Land rights

Land is not a mere commodity, but an essential element for the realisation of many human rights.

In addition to being tied up in issues of cultural and social identity, land that your people have lived on for generations can provide more than a home – for many, it provides food and a livelihood. For these reasons, land rights are a cross-cutting issue with both cultural and economic importance.

Yet each year hundreds of thousands of people are driven off their lands to make way for projects such as mines, plantations and other commercial uses.

The intersection between land rights and human rights can be particularly relevant to indigenous peoples and nomadic communities that might use certain lands on a seasonal basis.

Land can also be the focus in conflict and post-conflict situations. For example, how housing, land and property rights are managed for returning refugees or internally displaced people can play a key role in rebuilding peace after a war. 

Indigenous land rights

The land rights of Indigenous peoples are recognised under international human rights law. Governments are not allowed to relocate Indigenous Peoples without their free, prior and informed consent and without providing adequate compensation.

However, discriminatory policies and practices along with armed conflict and corporate development around the world result in many Indigenous Peoples being uprooted from their land. When this happens, some are cut off from their resources, supports and traditions vital to their wellbeing and can face even greater marginalisation, discrimination and poverty in cities.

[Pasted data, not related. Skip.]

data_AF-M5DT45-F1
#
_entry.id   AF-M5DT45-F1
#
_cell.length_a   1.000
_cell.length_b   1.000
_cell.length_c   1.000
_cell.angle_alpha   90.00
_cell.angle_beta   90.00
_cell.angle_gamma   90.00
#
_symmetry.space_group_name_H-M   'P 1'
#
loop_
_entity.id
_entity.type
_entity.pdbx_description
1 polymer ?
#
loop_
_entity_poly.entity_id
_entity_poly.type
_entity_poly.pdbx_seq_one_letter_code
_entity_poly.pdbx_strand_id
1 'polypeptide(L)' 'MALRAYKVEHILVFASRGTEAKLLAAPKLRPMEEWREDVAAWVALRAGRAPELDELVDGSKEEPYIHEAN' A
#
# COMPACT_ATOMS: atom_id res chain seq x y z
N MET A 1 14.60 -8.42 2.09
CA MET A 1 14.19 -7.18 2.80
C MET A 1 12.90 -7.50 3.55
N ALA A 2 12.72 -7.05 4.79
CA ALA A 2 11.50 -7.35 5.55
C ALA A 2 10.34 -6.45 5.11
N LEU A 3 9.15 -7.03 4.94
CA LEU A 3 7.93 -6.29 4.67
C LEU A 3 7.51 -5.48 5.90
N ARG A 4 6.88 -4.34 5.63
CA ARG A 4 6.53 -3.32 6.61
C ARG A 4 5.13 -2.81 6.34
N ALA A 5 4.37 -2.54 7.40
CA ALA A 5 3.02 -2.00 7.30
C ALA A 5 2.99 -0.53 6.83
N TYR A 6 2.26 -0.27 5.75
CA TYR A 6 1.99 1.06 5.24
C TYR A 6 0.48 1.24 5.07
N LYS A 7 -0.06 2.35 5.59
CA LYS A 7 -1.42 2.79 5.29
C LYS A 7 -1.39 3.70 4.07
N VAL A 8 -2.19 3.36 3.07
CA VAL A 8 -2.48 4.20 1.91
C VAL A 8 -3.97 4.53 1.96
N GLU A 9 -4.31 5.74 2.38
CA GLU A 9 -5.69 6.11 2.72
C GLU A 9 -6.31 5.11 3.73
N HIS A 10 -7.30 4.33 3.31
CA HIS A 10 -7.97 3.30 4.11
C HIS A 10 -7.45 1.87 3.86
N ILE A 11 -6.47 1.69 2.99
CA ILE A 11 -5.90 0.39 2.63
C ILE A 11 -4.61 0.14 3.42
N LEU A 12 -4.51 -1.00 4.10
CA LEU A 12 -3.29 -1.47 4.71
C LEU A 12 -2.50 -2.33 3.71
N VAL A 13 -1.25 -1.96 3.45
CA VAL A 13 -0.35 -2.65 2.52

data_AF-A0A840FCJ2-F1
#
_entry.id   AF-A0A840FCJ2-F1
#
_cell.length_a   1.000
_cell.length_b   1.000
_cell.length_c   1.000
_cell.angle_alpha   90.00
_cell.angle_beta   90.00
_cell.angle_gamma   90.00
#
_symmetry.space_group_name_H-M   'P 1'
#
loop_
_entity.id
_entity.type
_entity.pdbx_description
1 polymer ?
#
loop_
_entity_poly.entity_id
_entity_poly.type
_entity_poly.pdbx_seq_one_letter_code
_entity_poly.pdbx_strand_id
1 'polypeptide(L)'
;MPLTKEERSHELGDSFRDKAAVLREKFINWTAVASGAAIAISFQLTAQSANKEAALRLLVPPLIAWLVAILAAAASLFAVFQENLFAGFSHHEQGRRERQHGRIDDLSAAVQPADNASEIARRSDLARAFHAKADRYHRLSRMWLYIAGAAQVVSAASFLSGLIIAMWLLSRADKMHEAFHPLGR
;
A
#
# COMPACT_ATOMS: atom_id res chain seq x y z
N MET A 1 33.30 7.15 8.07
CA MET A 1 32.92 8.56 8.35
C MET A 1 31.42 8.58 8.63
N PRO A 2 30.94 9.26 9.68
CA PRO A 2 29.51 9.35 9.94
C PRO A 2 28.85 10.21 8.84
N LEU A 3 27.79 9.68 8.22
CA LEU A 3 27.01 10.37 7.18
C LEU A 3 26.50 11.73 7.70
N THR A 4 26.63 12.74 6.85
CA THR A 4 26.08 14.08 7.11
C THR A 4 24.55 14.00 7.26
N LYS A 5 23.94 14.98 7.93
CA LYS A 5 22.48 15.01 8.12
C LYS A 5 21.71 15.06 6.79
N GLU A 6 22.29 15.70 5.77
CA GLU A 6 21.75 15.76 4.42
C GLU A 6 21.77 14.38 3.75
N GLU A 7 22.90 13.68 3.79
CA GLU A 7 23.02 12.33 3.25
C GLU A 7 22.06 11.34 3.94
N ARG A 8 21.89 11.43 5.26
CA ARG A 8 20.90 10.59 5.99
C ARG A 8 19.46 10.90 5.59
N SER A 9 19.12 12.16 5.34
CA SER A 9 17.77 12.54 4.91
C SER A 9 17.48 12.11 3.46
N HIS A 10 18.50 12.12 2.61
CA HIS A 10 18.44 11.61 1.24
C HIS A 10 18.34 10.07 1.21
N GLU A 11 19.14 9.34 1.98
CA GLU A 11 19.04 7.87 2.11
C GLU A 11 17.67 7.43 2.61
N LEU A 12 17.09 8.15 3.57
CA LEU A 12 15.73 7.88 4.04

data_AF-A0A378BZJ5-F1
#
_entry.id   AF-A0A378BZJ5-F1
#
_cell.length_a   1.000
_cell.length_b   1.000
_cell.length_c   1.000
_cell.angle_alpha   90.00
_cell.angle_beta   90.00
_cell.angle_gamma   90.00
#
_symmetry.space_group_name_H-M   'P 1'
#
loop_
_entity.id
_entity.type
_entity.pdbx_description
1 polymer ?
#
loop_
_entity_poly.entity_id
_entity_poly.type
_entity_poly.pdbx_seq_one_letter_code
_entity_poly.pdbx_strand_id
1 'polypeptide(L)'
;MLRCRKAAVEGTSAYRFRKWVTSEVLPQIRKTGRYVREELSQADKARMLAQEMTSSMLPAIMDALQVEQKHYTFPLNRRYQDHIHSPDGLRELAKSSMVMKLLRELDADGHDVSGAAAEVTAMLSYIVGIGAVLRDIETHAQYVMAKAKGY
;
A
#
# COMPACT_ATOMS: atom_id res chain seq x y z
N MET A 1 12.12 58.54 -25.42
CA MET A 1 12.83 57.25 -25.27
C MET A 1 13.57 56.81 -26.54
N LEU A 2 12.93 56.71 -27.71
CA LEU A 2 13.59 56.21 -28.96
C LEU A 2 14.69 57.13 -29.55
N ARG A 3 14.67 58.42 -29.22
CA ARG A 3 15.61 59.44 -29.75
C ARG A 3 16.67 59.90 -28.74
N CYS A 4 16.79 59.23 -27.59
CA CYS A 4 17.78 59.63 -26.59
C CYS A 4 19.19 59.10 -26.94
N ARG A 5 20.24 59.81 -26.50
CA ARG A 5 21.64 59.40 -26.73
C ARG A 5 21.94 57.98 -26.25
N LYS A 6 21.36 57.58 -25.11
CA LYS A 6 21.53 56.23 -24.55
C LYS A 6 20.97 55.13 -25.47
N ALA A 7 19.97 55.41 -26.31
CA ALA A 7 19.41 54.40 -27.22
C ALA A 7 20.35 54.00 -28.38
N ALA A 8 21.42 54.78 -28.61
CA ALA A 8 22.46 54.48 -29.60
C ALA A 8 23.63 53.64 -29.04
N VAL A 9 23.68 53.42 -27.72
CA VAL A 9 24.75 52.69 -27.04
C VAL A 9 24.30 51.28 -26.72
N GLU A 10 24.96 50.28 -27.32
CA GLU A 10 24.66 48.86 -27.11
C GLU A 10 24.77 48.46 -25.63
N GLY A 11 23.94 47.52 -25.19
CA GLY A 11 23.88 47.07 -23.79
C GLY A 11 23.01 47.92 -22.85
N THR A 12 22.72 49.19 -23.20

Various countries have strong land rights movements that resist this trend and have successfully reclaimed legal access or ownership to land. But in many countries, Indigenous land rights activists continue to face violence when they defend their land rights and community’s interests.

Land rights, the environment and corporations

The vast majority of the world’s biodiversity and most of our natural resources like timber, minerals and oil, are found on the lands of Indigenous Peoples. This has meant that the land rights of Indigenous Peoples have been routinely plundered and polluted by governments and private companies.

Corporate activities present a significant threat to both the environment and land rights. Measures need to be put in place so companies are required to carry out their operations more responsibly.

In many instances, when Indigenous land rights are properly upheld, respected and protected, environmental management is improved.